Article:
WHY DIY? Vol. V: Getting A Brand To Sponsor Your Band
Over recent decades, companies have finally recognized the value of music and how it shapes people’s lifestyles. Your preferred genre of music most likely influenced the type of deodorant you used this morning (or lack thereof) and what type of beverage you ordered last night.
Remember how a local business would donate jerseys to your elementary school sports team back in the day? Flash-forward to adulthood, where money is scarce for DIY musicians, and companies’ surplus inventory has the potential to solve your deficiencies. My band, White Mystery, has procured support from many brands over the last decade, and the process began with vision, then diligence, and follow-through.
You should approach sponsorship as a mutually beneficial exchange between two entities. In other words, brainstorm what your band does best as the unique value proposition for bartering with a potential sponsor. For instance, how great is your social media presence, blog, or newsletter? What about your ability to draw crowds, plan events, or make videos? For White Mystery TV, a live-streamed program that we launched recently, sponsors were plugged with commercials during the stream, we tweeted pictures of their products on the set, included companies’ marketing materials in swag bags for guests, and linked to each company in a press release that garnered a write-up in High Times, among other publications.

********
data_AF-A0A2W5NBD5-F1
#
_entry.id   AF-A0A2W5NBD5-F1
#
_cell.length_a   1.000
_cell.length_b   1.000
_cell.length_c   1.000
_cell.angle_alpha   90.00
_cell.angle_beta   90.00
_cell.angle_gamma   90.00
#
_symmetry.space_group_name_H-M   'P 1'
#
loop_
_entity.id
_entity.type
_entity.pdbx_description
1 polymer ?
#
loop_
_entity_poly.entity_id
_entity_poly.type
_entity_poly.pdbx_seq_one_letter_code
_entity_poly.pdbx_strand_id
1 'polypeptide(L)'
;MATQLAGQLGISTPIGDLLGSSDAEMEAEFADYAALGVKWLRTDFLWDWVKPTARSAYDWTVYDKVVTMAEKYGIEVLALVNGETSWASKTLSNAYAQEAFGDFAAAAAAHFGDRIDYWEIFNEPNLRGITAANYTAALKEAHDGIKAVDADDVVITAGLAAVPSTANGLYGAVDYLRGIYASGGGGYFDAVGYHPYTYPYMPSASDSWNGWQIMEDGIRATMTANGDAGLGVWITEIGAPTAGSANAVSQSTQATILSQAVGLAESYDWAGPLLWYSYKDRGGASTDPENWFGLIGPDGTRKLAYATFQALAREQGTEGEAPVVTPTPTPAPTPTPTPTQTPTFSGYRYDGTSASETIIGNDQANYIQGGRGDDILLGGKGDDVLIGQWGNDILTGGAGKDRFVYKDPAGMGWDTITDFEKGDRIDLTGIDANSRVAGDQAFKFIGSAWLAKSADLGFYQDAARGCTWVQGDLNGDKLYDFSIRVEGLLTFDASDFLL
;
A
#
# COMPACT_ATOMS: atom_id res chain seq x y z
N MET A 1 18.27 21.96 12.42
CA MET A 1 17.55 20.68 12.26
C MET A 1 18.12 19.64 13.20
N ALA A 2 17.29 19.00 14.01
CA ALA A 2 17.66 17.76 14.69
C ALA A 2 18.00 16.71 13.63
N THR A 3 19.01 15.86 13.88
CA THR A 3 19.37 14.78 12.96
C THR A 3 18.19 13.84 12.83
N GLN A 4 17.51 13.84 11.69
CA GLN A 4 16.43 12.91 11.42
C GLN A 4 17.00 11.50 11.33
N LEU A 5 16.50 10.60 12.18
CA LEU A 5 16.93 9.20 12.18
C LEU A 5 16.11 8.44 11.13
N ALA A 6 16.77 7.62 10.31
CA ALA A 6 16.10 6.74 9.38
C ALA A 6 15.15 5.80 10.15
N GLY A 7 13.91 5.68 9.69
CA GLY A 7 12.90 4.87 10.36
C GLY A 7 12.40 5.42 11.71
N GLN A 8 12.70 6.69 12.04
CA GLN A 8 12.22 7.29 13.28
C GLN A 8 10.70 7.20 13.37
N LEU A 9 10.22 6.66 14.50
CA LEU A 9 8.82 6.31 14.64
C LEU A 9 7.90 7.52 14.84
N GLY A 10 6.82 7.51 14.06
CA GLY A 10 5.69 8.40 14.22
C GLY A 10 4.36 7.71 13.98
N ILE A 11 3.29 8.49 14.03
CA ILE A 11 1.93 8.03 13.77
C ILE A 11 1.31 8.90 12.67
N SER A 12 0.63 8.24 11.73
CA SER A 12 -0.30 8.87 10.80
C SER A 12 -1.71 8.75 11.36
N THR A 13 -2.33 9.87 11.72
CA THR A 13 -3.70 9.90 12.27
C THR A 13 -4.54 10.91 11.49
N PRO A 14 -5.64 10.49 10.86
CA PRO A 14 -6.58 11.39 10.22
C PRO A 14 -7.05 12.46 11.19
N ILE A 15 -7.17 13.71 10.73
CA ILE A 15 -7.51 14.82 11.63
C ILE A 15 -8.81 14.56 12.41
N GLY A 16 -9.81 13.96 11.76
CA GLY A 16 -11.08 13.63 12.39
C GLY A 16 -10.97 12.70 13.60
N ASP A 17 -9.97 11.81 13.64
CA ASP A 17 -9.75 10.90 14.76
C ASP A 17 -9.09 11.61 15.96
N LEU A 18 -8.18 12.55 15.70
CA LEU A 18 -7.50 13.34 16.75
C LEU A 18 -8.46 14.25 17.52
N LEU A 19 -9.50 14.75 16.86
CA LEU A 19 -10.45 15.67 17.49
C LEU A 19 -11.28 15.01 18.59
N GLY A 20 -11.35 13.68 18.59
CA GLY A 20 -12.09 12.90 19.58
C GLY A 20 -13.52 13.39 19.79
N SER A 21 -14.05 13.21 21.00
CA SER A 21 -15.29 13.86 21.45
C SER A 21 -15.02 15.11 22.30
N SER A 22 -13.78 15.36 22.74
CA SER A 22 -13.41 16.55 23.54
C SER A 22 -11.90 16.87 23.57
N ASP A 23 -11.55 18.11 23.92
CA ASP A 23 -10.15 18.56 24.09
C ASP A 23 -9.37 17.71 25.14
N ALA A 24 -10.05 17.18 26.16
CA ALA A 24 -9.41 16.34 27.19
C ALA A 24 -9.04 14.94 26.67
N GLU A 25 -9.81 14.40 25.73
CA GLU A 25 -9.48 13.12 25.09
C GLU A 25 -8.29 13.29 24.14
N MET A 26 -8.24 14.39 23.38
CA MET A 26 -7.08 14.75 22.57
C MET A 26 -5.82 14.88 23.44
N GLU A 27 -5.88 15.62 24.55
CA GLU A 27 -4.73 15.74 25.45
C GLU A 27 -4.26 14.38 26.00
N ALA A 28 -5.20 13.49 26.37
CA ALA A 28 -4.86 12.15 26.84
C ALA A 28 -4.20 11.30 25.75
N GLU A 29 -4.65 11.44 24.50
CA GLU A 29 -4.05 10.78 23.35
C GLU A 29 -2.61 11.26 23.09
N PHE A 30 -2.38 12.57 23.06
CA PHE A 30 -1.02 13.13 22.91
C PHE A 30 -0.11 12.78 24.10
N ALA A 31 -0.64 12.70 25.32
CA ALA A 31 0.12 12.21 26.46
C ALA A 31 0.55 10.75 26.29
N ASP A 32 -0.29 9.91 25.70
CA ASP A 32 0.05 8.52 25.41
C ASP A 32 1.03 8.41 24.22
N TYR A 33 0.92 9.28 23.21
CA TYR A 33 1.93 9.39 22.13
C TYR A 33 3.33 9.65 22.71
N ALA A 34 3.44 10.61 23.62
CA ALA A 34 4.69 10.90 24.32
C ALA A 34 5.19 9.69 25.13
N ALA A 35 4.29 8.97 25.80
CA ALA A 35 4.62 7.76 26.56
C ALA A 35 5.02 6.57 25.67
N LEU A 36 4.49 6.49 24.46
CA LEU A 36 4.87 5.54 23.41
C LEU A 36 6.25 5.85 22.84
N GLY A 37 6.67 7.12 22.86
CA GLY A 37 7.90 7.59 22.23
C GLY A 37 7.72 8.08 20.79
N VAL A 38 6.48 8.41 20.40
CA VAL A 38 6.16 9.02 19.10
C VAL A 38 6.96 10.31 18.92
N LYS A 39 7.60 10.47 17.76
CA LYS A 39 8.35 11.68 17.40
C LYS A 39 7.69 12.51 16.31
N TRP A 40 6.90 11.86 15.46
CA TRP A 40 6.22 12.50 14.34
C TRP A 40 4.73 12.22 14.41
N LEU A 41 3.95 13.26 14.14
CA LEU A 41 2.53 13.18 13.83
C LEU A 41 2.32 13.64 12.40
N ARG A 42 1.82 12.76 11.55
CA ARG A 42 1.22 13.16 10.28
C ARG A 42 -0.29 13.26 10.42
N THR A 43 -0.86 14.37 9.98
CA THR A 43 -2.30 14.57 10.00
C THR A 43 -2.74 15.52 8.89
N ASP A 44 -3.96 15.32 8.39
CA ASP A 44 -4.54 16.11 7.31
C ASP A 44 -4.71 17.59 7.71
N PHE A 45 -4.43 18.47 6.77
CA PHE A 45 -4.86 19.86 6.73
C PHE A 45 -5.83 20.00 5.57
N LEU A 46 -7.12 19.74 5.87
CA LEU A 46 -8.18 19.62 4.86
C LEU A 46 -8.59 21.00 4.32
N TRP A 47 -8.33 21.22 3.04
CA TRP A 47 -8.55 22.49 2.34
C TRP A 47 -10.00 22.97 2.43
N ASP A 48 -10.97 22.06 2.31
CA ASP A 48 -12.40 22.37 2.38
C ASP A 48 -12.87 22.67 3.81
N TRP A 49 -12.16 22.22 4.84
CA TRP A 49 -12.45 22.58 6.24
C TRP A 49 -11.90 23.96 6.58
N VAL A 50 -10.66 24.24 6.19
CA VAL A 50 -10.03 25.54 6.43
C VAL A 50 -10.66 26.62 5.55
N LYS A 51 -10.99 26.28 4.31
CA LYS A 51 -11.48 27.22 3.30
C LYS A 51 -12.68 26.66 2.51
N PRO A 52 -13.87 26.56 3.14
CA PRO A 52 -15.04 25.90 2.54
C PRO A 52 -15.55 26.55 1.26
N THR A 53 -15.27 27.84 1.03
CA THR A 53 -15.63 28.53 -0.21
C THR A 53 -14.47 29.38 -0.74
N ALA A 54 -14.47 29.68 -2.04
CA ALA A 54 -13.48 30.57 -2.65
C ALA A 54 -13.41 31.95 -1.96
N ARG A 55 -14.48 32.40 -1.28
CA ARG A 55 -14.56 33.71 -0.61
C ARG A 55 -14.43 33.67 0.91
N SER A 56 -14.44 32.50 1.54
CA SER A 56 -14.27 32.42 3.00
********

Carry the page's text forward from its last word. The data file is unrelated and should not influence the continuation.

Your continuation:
(White Mystery drummer/brother) Francis and I invested in the hardware and infrastructure for the broadcast, while Chubby Wiener hot dogs, New Belgium Brewing, Deep Eddy Vodka, Soothsayer Hot Sauce, Do312 and Dante’s Pizza provided complimentary hospitality to the guests. The generosity of these local and nationwide sponsors created a happy environment where creative people were fed and supported to do what they do best—entertain a hungry audience.
As you walk through the steps below, think about your strengths and how the organizations you target can benefit from your skills.
While registered 501c-3 charities accept donations, your role as a DIY band is to develop an actual working relationship with sponsors that cross-benefits you both.